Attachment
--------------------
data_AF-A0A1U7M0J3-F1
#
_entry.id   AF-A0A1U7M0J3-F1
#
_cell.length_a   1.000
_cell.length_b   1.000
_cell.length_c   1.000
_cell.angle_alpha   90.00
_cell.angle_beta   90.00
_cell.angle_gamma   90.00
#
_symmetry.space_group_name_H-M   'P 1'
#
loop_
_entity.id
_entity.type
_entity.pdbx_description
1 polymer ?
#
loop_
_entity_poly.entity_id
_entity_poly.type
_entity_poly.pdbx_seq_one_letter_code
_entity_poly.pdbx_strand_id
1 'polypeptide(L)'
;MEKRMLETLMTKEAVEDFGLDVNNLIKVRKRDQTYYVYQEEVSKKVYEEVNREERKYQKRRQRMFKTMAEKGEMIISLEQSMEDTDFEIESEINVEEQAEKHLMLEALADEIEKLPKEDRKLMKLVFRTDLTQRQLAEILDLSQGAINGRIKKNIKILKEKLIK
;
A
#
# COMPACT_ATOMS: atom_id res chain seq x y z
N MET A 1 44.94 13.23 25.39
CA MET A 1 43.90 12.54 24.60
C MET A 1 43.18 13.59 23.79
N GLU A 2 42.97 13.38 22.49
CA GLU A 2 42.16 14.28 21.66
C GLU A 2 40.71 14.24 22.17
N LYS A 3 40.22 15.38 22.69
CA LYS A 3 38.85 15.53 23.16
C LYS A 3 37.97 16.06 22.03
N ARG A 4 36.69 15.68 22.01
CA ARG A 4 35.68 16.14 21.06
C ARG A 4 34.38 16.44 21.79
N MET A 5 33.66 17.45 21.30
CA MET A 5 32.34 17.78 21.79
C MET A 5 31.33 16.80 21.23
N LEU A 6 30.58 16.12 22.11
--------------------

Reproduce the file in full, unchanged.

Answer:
data_AF-A0A1U7M0J3-F1
#
_entry.id   AF-A0A1U7M0J3-F1
#
_cell.length_a   1.000
_cell.length_b   1.000
_cell.length_c   1.000
_cell.angle_alpha   90.00
_cell.angle_beta   90.00
_cell.angle_gamma   90.00
#
_symmetry.space_group_name_H-M   'P 1'
#
loop_
_entity.id
_entity.type
_entity.pdbx_description
1 polymer ?
#
loop_
_entity_poly.entity_id
_entity_poly.type
_entity_poly.pdbx_seq_one_letter_code
_entity_poly.pdbx_strand_id
1 'polypeptide(L)'
;MEKRMLETLMTKEAVEDFGLDVNNLIKVRKRDQTYYVYQEEVSKKVYEEVNREERKYQKRRQRMFKTMAEKGEMIISLEQSMEDTDFEIESEINVEEQAEKHLMLEALADEIEKLPKEDRKLMKLVFRTDLTQRQLAEILDLSQGAINGRIKKNIKILKEKLIK
;
A
#
# COMPACT_ATOMS: atom_id res chain seq x y z
N MET A 1 44.94 13.23 25.39
CA MET A 1 43.90 12.54 24.60
C MET A 1 43.18 13.59 23.79
N GLU A 2 42.97 13.38 22.49
CA GLU A 2 42.16 14.28 21.66
C GLU A 2 40.71 14.24 22.17
N LYS A 3 40.22 15.38 22.69
CA LYS A 3 38.85 15.53 23.16
C LYS A 3 37.97 16.06 22.03
N ARG A 4 36.69 15.68 22.01
CA ARG A 4 35.68 16.14 21.06
C ARG A 4 34.38 16.44 21.79
N MET A 5 33.66 17.45 21.30
CA MET A 5 32.34 17.78 21.79
C MET A 5 31.33 16.80 21.23
N LEU A 6 30.58 16.12 22.11